You really do get all types, though. One guy was telling me about how he would make his coffee on a weekly basis and reheat it in the microwave, while one guy with an AA1xx (Extra) callsign was talking about how he didn't understand why we don't just use transistors to generate energy- this is a guy who had to pass a theory test as well as code.

As said above, there's LOTS of niches. You should check out Hellschreiber or PSK31.
posted by dunkadunc at 6:05 AM on January 27, 2009


I once eavesdropped on my shortband radio and they were talking about radio equipment, like how much so and so microphone costs and how they bought extra because they don't make them anymore.
posted by cowbellemoo at 6:18 AM on January 27, 2009


Yeah, generally there isn't a lot of political debate-type-talk, the conversations I monitor in the SE are all about radio shacks, how's your wife and kids, that kind of thing. There are nets that happen during certain nights where everyone talks to everyone else.

Utility monitoring is another story entirely...
posted by arimathea at 6:24 AM on January 27, 2009


If I restore cars, I have a sweet ride to cruise around in. If I build computers, now I have a computer.

Yes, but what do you do with the computer?
posted by odinsdream at 6:28 AM on January 27, 2009


Well, on 2m/70cm, I generally hear people talking about radios, their lives, etc. Not anything really interesting. I'm a ham, just a technician though, and I've never actually keyed up my mic.
posted by majikstreet at 6:36 AM on January 27, 2009


A guy I know has his setup to talk to his old war buddies.

I used one when I drove around the country to talk to truckers.
posted by teabag at 6:50 AM on January 27, 2009


I got a ham license a few years back and for a while I'd listen on the local repeater while commuting. It's not really that interesting; there were some political discussions ("this is why I'm right", "no, you're wrong, this is why I'm right", etc.), people who know each other catching up (how was the vacation, how's work), and talk about radios.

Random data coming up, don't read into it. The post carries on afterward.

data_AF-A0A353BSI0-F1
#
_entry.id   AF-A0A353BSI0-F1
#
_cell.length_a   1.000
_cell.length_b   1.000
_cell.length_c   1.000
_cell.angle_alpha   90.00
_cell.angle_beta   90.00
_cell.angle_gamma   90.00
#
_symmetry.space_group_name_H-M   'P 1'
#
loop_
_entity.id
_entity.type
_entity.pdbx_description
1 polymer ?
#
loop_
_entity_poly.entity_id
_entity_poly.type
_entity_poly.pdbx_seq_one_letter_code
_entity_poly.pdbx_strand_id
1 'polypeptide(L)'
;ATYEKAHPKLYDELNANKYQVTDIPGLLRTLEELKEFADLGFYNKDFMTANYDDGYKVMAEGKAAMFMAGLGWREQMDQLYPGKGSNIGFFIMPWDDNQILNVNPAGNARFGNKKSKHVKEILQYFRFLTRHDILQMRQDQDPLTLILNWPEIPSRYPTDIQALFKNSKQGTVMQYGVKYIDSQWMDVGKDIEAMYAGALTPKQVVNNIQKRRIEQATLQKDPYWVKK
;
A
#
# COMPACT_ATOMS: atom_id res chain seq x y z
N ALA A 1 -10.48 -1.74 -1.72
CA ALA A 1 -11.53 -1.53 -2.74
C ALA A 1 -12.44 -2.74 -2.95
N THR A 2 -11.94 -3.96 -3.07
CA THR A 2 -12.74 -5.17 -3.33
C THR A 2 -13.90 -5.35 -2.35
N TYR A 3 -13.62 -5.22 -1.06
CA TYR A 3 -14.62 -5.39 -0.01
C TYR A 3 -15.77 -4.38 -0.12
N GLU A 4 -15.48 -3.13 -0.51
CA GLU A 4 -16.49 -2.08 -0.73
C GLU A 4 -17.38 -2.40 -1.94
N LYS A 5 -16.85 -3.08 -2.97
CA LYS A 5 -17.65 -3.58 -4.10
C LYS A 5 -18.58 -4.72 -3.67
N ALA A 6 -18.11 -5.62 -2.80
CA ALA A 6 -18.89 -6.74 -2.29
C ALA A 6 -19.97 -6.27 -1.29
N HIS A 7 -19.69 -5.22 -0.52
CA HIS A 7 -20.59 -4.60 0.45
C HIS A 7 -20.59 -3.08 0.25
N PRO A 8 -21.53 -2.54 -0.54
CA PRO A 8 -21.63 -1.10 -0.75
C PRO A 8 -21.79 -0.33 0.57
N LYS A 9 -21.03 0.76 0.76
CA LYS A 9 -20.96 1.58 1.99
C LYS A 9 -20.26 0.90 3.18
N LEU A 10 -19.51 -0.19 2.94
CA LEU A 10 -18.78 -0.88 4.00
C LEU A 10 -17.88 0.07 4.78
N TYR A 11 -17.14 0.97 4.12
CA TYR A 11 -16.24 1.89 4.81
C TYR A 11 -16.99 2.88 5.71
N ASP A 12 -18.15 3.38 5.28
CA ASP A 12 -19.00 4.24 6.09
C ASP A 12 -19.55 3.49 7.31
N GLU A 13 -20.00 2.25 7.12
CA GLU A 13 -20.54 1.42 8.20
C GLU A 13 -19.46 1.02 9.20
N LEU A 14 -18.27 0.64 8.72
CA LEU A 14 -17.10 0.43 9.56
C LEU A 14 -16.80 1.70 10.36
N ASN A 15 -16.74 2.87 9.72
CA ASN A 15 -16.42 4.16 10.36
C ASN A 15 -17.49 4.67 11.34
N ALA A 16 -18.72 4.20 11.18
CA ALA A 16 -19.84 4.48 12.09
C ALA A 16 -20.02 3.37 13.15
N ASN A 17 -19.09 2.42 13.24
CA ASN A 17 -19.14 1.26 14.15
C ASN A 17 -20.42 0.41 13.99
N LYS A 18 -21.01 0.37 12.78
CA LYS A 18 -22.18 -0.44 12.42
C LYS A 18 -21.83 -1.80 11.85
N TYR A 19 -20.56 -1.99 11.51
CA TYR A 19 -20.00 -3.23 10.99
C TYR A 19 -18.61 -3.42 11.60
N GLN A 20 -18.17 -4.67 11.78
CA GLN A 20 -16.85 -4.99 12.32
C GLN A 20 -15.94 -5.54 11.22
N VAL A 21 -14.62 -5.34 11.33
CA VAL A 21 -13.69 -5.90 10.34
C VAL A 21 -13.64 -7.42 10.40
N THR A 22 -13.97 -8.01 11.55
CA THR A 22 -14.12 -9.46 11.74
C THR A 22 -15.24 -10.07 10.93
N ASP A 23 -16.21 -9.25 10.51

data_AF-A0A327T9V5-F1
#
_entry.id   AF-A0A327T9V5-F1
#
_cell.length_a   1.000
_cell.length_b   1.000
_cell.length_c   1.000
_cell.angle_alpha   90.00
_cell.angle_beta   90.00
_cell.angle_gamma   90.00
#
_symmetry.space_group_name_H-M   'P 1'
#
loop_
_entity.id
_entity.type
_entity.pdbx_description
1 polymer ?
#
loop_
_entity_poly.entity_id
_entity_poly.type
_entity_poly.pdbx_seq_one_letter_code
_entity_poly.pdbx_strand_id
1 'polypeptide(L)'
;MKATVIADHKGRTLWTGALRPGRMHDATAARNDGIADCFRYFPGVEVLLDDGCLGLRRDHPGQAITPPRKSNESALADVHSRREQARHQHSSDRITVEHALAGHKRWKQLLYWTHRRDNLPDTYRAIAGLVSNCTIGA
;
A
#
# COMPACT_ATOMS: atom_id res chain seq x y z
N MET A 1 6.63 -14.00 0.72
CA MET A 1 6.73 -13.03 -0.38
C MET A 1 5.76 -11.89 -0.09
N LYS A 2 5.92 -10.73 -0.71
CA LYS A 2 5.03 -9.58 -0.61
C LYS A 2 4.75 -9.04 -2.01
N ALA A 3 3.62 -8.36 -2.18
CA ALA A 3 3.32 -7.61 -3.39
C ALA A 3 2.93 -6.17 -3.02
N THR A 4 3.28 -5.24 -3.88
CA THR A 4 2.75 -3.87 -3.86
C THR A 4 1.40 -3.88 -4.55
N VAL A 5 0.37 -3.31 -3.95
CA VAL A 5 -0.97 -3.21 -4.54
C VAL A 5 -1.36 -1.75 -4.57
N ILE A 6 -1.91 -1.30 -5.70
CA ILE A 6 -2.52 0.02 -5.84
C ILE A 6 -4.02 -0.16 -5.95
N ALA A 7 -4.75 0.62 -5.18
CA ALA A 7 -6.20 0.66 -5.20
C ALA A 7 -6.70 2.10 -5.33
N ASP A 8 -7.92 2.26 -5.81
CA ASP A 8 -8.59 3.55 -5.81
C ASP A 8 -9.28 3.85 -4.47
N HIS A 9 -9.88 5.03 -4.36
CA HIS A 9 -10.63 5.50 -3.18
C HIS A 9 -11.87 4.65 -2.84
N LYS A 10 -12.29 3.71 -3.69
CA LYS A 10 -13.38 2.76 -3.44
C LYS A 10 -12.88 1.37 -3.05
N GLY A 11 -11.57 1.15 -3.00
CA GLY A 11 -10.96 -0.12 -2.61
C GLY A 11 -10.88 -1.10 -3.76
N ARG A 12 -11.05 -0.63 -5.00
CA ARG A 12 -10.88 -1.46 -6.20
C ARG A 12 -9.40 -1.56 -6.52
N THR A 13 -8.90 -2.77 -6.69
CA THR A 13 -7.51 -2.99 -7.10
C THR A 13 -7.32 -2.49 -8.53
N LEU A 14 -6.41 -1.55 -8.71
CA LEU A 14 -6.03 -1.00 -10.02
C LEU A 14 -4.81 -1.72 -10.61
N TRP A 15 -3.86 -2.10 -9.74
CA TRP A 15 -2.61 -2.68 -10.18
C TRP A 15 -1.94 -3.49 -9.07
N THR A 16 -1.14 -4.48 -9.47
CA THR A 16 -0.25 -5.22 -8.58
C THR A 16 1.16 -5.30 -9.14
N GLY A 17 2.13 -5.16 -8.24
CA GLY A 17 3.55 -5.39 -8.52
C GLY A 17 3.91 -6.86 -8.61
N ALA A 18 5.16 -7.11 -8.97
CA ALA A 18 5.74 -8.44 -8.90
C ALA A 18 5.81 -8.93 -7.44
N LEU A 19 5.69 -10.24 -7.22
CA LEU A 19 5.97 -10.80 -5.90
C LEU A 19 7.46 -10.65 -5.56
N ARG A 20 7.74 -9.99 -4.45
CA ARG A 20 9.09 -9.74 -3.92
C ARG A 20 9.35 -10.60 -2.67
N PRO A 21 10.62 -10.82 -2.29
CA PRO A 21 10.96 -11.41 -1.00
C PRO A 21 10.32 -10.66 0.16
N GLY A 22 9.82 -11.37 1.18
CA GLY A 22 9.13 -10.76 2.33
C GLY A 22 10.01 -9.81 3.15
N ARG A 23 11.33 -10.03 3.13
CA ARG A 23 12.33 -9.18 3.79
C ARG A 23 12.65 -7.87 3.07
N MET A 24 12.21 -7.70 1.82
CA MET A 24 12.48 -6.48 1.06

posted by Godbert at 6:54 AM on January 27, 2009


I got a Tech Plus license back in 1997? 1998? Can't remember. Had a Novice license before that. I got the Tech Plus for one specific purpose -- to try to do packet radio. Then along came wifi and I sort of forgot about packet.

But really, I soured on ham radio when I went up to the roof of the library with a 2 meter HT (handheld radio) and started to work some local repeaters in 1998. This was like the first or second time I ever used the HT, and I got my ass *royally* chewed out by some local dipshit not, say, for failing to provide my call letters, or for keying the repeater or whatever, but for *having an HT*. Meaning, I hadn't rolled my own radio out of spit and baling wire. The guy just went on about how new people were ruining the hobby. I turned off my HT and never used it again.

To me, ham radio is like a more difficult Internet with a higher asshole-to-signal ratio.
posted by the dief at 6:56 AM on January 27, 2009


The internet is the model - except you have to go way back to the first time you used IRC and you realised that you were talking to actual people - Actual! People! - at a distance, without having to go to the trouble of dialling a number. All of sudden there was easy access, action at a distance, the thrill of anonymity, the feeling of being in a Secret Club, the knowledge that there were other Secret Clubs out there that you could attack or befriend and, best of all, there was a Special Language that only club members knew. That's why its awesome.
posted by Jofus at 8:13 AM on January 27, 2009 [2 favorites]


Imagine Metafilter, only on the radio.
posted by EmpressCallipygos at 8:16 AM on January 27, 2009


It's kind of like asking the guy with the pleasure boat where he goes on his boat— sure, he can and does go to various places, or maybe he fishes from it, etc., but usually the point of having the boat is just so you can mess around in boats.

There's a sizable sub-hobby that ae4rv doesn't mention which is emergency operations; many city/county governments have a ham radio auxiliary for disaster communications. Kind of like being a volunteer fireman except fires are very rare. This was probably a lot more useful before the universal appearance of cell phones, but floods etc. can still knock those out, and ARES groups train to work within the city's emergency response plan. But I suspect that the attraction of even this is partly that it justifies buying some more backup radio gear...
posted by hattifattener at 8:46 AM on January 27, 2009